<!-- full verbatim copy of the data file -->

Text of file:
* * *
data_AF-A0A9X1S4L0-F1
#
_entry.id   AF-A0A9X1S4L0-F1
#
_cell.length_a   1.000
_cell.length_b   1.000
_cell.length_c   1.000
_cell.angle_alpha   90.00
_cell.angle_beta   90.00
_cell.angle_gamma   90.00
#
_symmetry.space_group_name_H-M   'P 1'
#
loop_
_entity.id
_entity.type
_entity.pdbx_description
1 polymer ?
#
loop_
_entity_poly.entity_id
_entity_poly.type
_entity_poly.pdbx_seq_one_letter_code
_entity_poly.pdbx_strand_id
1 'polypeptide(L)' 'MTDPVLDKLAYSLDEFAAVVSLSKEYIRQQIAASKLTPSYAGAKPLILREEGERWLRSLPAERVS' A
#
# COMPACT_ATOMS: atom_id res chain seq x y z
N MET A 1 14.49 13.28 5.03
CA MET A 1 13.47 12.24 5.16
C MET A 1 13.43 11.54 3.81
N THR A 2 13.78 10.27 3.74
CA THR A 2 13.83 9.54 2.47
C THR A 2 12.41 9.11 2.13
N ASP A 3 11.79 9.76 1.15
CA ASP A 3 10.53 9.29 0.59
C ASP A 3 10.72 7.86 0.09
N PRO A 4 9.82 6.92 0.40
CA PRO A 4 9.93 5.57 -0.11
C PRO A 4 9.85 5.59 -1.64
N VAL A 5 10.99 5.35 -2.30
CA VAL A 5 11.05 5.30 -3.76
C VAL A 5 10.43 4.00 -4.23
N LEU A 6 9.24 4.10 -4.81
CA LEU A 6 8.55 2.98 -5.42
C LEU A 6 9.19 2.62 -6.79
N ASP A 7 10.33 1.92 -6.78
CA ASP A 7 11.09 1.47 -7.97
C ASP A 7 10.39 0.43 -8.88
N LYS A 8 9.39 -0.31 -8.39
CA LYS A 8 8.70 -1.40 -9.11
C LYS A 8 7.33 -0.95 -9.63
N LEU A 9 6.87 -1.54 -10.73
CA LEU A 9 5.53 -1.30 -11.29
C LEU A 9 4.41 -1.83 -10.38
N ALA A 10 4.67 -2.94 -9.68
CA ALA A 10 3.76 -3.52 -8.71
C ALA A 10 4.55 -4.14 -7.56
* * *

data_AF-A0A9X1S4L0-F1
#
_entry.id   AF-A0A9X1S4L0-F1
#
_cell.length_a   1.000
_cell.length_b   1.000
_cell.length_c   1.000
_cell.angle_alpha   90.00
_cell.angle_beta   90.00
_cell.angle_gamma   90.00
#
_symmetry.space_group_name_H-M   'P 1'
#
loop_
_entity.id
_entity.type
_entity.pdbx_description
1 polymer ?
#
loop_
_entity_poly.entity_id
_entity_poly.type
_entity_poly.pdbx_seq_one_letter_code
_entity_poly.pdbx_strand_id
1 'polypeptide(L)' 'MTDPVLDKLAYSLDEFAAVVSLSKEYIRQQIAASKLTPSYAGAKPLILREEGERWLRSLPAERVS' A
#
# COMPACT_ATOMS: atom_id res chain seq x y z
N MET A 1 14.49 13.28 5.03
CA MET A 1 13.47 12.24 5.16
C MET A 1 13.43 11.54 3.81
N THR A 2 13.78 10.27 3.74
CA THR A 2 13.83 9.54 2.47
C THR A 2 12.41 9.11 2.13
N ASP A 3 11.79 9.76 1.15
CA ASP A 3 10.53 9.29 0.59
C ASP A 3 10.72 7.86 0.09
N PRO A 4 9.82 6.92 0.40
CA PRO A 4 9.93 5.57 -0.11
C PRO A 4 9.85 5.59 -1.64
N VAL A 5 10.99 5.35 -2.30
CA VAL A 5 11.05 5.30 -3.76
C VAL A 5 10.43 4.00 -4.23
N LEU A 6 9.24 4.10 -4.81
CA LEU A 6 8.55 2.98 -5.42
C LEU A 6 9.19 2.62 -6.79
N ASP A 7 10.33 1.92 -6.78
CA ASP A 7 11.09 1.47 -7.97
C ASP A 7 10.39 0.43 -8.88
N LYS A 8 9.39 -0.31 -8.39
CA LYS A 8 8.70 -1.40 -9.11
C LYS A 8 7.33 -0.95 -9.63
N LEU A 9 6.87 -1.54 -10.73
CA LEU A 9 5.53 -1.30 -11.29
C LEU A 9 4.41 -1.83 -10.38
N ALA A 10 4.67 -2.94 -9.68
CA ALA A 10 3.76 -3.52 -8.71
C ALA A 10 4.55 -4.14 -7.56